Okay, this is going to be a weird one, but just bear with me…
When I do laundry, I hang my shirts in my closet by just shoving everything in my closet to the left, and hanging up the shirts I just washed on the right. Pretty simple system, but it has an interesting consequence.
Over time, my shirts become organized from left to right by how often I wear them. This is due to the fact that if I go many laundry days without wearing a shirt, it will just keep getting pushed further and further left every time I hang my laundry back up, whereas shirts I’ve recently worn will be on the right-hand side. It’s not a perfect system: if I decide one week to wear a shirt I hardly ever put on, then next laundry day that shirt will end up near the right-hand side of my closet, but the point is that over time this evens out.
Now you might think it’s a stretch to call this evolution. And you know what, you’d probably be right, as my closet is not really a self-replicating system. But fuck it, it’s almost 3am as I write this: let’s see where it takes us.
Let’s consider every time I hang up my laundry as a new generation (population 1), whose genome is determined by the order of the shirts. This generation keeps part of its genome from the previous generation (the order of the shirts I haven’t worn since my last laundry day) but also has some mutation imposed on it (the random order in which I hang up the shirts that I just washed). More specifically, the left genome segment is inherited from the previous generation and the right genome segment contains a bunch of new data. The ratio of how much of the final genome is inherited versus how much is mutated is a function of how long it’s been since the last time I did my laundry.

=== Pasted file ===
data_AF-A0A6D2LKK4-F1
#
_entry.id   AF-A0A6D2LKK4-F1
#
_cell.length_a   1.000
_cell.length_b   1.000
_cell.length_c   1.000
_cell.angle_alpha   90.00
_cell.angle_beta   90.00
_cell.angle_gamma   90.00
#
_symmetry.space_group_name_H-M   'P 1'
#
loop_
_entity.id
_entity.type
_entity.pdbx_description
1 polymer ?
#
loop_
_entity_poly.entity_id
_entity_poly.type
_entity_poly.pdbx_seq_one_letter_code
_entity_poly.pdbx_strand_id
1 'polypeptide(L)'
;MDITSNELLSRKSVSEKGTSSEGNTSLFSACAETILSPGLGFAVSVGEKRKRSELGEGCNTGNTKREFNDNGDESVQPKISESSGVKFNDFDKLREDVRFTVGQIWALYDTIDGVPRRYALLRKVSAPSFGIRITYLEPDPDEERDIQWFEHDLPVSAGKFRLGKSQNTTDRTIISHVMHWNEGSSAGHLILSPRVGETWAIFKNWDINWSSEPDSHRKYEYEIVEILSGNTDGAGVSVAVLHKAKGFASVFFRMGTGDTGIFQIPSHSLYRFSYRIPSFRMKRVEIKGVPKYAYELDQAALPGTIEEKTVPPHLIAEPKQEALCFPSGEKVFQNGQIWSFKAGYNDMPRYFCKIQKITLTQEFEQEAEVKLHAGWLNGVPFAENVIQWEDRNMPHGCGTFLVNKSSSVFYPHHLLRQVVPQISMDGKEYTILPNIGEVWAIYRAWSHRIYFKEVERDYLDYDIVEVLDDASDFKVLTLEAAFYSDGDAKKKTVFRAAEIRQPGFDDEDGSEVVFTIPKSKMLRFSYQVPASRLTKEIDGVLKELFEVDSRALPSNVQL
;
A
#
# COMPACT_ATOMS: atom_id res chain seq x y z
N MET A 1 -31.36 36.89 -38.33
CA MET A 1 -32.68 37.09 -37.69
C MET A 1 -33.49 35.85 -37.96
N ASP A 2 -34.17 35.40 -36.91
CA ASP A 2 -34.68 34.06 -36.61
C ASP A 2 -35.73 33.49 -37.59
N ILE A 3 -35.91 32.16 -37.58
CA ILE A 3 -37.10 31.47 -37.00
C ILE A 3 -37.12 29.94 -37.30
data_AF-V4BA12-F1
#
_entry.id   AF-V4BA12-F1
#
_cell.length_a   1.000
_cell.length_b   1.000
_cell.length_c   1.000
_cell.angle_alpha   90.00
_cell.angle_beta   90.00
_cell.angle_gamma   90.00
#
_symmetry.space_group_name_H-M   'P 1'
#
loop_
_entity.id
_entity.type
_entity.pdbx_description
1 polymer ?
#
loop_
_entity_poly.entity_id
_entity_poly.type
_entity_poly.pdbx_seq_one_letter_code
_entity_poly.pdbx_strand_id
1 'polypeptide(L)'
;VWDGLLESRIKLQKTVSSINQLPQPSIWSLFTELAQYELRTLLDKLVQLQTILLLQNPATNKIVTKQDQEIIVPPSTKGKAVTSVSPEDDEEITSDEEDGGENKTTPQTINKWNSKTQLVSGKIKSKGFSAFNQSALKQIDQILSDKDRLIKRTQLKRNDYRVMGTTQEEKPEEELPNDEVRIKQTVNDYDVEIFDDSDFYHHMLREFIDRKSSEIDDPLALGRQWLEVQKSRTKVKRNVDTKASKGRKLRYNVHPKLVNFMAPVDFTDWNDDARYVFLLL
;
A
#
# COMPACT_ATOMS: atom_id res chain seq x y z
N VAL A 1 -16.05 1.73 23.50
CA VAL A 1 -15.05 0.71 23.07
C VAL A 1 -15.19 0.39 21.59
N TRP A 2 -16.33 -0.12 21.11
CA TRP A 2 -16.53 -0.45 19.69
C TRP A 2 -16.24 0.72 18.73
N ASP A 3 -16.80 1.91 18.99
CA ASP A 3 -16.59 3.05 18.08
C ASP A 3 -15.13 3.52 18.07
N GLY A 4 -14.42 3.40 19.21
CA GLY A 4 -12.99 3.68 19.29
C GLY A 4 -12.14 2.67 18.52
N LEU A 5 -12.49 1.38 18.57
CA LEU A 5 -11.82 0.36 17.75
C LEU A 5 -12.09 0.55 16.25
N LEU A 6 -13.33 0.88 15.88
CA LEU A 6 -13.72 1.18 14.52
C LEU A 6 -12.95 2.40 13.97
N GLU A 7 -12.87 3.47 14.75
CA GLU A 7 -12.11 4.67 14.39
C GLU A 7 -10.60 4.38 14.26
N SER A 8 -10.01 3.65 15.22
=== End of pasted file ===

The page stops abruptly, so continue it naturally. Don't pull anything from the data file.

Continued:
But since there’s only a population of one, I don’t really have a selection mechanism, so that kind of falls apart.
Let’s consider the shirts themselves as the population, and we could say we’re selecting for a shirt that really like to wear. Because of the structure that comes out of this whole process, I can easily (artificially, obviously) select a shirt from the right side of the closet and odds are I’ll end up with a well-liked shirt in-hand. And if I then wear the shirt, next time I do laundry it will receive a high-priority in the new population when I hang it back up on the right-hand side.
Is there a point to all this? Not really. I just thought it was a neat little meditation on how complex systems can be generated through simple rules.
(That sound you’re hearing is every biologist who reads this screaming at their monitor, by the way…)
–Posted without being proof-read. Like I said, it’s almost 3am.